When origami meets rocket science
Tuesday, May 11, 2010
Robert J. Lang had a good career as a laser physicist. He worked at NASA's Jet Propulsion Laboratory, researching semiconductor lasers used in fiber-optic communications, before switching to a private technology firm in Silicon Valley, where he held positions such as chief scientist and vice president of research and development.
Then in 2001, he gave it all up. To fold paper.
Lang, 49, is an origami master. Paper cranes? Pshaw. Try a rattlesnake with 1,500 scales, a life-size replica of comedian Drew Carey or an American flag that was photographed for the New York Times magazine. Lang is pushing the limits of what one can make by folding paper, but he's also a leader in an emerging field of study called computational origami, which he boils down to this question: "How do you use rules and math to create an object of art?"
"In both origami and science, you're discovering patterns and relationships that, in a sense, already existed before we discovered them," Lang says. "There's a joy of discovery and of being the first explorer in this little nook."
He and others are using the Japanese art form to solve scientific problems. About 10 years ago, for instance, Lang collaborated with Lawrence Livermore National Laboratory to design a telescope lens that could go to space. Origami principles were ideal for the task because the lens, called the Eyeglass, needed to be big -- about the size of a football field -- once in space but also small enough to be shot into orbit by a rocket. A prototype demonstrated that hinged panes of glass could be used to compact the lens down to dimensions of no more than about 13 feet without degrading the optical performance. But the Eyeglass was never sent into space for lack of funding.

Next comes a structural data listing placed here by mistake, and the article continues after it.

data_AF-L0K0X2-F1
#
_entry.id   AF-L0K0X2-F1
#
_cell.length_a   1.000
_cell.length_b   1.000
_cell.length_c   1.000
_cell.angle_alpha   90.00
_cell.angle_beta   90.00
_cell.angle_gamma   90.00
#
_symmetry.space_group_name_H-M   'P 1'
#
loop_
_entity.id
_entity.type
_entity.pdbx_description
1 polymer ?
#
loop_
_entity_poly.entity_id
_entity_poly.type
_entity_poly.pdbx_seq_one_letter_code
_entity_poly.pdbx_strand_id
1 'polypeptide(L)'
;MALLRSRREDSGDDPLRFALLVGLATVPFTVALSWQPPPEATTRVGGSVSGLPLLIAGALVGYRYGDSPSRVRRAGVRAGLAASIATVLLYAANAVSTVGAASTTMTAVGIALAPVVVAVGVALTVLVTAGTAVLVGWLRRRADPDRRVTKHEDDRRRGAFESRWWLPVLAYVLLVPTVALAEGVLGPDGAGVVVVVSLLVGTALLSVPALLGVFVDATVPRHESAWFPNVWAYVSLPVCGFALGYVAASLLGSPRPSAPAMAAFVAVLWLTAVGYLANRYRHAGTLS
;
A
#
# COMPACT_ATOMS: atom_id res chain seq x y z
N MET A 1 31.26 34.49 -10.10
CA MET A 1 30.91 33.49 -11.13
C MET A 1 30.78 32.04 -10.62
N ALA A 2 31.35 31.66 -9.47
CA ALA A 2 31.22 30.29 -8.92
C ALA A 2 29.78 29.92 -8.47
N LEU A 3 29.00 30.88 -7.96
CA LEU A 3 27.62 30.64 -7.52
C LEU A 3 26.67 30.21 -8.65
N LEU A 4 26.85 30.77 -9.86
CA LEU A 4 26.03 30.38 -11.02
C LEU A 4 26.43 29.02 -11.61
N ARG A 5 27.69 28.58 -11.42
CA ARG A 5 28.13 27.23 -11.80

Lang has also worked on computer models for folding car air bags. Simulating air-bag deployment is important because otherwise auto manufacturers would have to crash a lot of cars to determine which ones are safe -- an expensive prospect.
Oxford University researchers have used origami techniques to design stents, which must be small enough for doctors to thread through a blood vessel but then pop open big enough to hold the artery or vein open.
"The things we do for fun and pleasure turn out to have practical applications, and in the case of origami, it might save a life," Lang says.
An updated tradition
Art historians aren't sure when origami started, but traditional designs such as cranes and boats existed in the 1700s. The craft didn't change much until the middle of the 20th century, when Akira Yoshizawa inspired a renaissance in paper folding.
Yoshizawa, who died in 2005, developed a language of arrows and lines to show people how to fold different designs. Yoshizawa's instructions included no words, so anyone could understand them.
In the 1990s, the craze for origami morphed into what origamists refer to as "The Bug Wars." After figuring out that it was possible to fold paper into the shape of an insect, origamists began to one-up one another. Someone would fold a beetle with six legs, someone else would create one with eight legs and two antennae, and so on. The Bug Wars have "never really ended," says Lang. In the past few years, he has folded a flying katydid and two praying mantises mating.
There are different genres of origami so there are no "rules," per se, but Lang mostly creates single-sheet origami without any cutting, taping or gluing.